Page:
Disgruntled lawyers storm Mahalla courthouse

The crisis surrounding the case of two lawyers, Ehab Saei el-Din and Mustafa Fatuh, accused of assaulting Tanta Public Prosecutor Basem Abu el-Rus escalated after the two men were sentenced to five years in prison and a LE200 fine yesterday following a one-day trial at a Tanta courthouse. Thousands of lawyers participated in a full strike called for by the General Lawyer’s Syndicate to protest the decision, while also staging demonstrations and sit-in protests across Egypt.

In a sign of rising tensions between the parties, dozens of lawyers stormed Mahalla’s municipal courthouse in the Governorate of Gharbiya in solidarity with their imprisoned colleagues. The mob proceeded to imprison Ehab Asamat, district attorney for East Tanta, as well as Ibrahim Abu el-Saud and Mohamed Awad, chairmen for the prosecution, in Asamat’s office. The lawyers also assaulted Mohamed Radwan, director of the district attorney’s office, and destroyed the courtroom’s meeting room and the judges’ elevator.

El-Sayid Gad el-Haq, director of criminal investigations, and Abu el-Fatuh el-Wardani, assistant director of security, arrived at the Mahalla courthouse in an attempt to calm the lawyers and extract the district attorney from his office. The two men requested that the lawyers choose ten from their ranks to meet with the district attorney and discuss their demands. The request was rejected by the lawyers.

A number of lawyers stated that orders had been issued to arrest 33 of their number. However, a security source categorically denied this, stating that the East Tanta district attorney’s office had only called for an investigation into the courthouse incident.

Abdel Magid Mamoud, the attorney general, and Hamdy Khalifa, head of the General Lawyer’s Syndicate, met yesterday to resolve the crisis. However, when the attorney general heard that lawyers in Tanta had stormed the courthouse, he angrily ended the talks, declaring, “The law must take its course.”

Meanwhile, in Tanta, hundreds of lawyers gathered around the courthouse and warned those working in the district attorney’s office not to leave the premises, threatening to attack them. Security forces were eventually able to evacuate office employees by using a back stairway. The lawyers also refused to attend any court sessions in what was to be the first day of a general strike and also attempted to prevent judges from entering the courthouse.

Lawyers standing outside the courthouse waved their shoes as an expression of disgust over the sentence, as delegations of lawyers continued to arrive from other governorates to join their colleagues in solidarity. Meanwhile, unconfirmed reports circulated that the two convicted lawyers had been transported from the courthouse to Damenhour Prison via armored truck.

Gilal Shabli, head of the lawyer’s syndicate in the governorate, threatened a “harsh” response to the ruling, announcing that a number of lawyers were beginning a hunger strike in solidarity with their imprisoned colleagues. The syndicate warned that any lawyer not participating in the general work strike would be brought before a disciplinary council.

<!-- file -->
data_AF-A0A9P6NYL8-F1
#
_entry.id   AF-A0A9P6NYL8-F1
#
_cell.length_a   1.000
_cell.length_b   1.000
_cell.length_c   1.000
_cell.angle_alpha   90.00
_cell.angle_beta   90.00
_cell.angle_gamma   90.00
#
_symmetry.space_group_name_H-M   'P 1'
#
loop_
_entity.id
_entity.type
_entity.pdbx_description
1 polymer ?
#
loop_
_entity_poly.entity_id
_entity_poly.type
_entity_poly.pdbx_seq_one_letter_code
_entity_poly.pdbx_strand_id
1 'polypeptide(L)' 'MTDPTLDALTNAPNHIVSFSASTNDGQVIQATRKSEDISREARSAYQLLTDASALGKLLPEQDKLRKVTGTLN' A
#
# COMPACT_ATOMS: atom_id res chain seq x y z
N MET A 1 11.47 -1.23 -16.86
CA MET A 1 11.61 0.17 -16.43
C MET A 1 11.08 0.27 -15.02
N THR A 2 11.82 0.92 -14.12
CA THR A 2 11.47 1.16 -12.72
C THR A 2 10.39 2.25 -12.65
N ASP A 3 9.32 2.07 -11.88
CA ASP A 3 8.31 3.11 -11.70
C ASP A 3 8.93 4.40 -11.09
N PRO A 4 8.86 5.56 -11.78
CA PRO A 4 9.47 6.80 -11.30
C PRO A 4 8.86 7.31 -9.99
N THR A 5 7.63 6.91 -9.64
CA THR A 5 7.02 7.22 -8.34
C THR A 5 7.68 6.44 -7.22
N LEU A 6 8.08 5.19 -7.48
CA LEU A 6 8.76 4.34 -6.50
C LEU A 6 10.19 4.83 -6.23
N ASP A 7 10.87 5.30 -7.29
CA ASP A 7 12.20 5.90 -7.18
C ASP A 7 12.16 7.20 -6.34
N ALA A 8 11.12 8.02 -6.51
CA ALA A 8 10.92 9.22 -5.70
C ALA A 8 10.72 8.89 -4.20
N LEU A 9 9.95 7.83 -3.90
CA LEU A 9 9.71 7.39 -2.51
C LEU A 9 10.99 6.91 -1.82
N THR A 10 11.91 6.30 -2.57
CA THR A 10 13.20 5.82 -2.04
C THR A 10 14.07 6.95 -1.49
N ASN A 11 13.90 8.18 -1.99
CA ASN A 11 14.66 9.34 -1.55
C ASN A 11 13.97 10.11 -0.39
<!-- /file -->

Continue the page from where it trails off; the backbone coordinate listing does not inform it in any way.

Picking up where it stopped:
In the city of Simund, nearly 200 lawyers demonstrated in front of the district court, preventing four judges from entering the courthouse. Security forces failed in an attempt to escort employees of the prosecutor’s office to their offices.

In Cairo, an emergency meeting was held yesterday at the General Lawyer’s Syndicate. The syndicate called for a continuation of its general strike and declared that it would not pay its legal fees. Syndicate head Khalifa said he would travel to Mahala to contain the crisis stemming from the storming of the courthouse and the violence and threats directed at employees of the district attorney’s office.

Hundreds of lawyers staged a sit-in protest at the headquarters of the syndicate in which they announced that they would begin “making their anger felt.” Lawyers chanted slogans during the demonstration criticizing Ahmad el-Zind, chairman of the Judges’ Club.

Talat el-Sadat, a deputy in the People’s Assembly, requested that the Assembly intervene quickly to solve the crisis. However, Fathy Sorour, chairman of the People’s Assembly, stated that the assembly had no institutional relation to the judicial branch of government and therefore could not intervene in its affairs.

Addressing el-Sadat, Sorour stated that, “What you say has no relation to the duties of the assembly, which respects both the authority of the judiciary and the lawyers, and we cannot imagine there being any dispute between the two parties.” He said that the crisis should be handled with wisdom, seeing the issue as a product of behavioral excesses on behalf of a handful of individuals.

In related news, a number of legal experts stated that the sentence issued against the two lawyers in Tanta had been made in haste, making it seem as if it were an expression of the judges’ anger. They noted that judicial officials should not abuse their power to take personal revenge.

The Misdemeanor Appeal’s Court in Tanta is expected to review the appeal of the lawyer’s case on Saturday.

Translated from the Arabic Edition.

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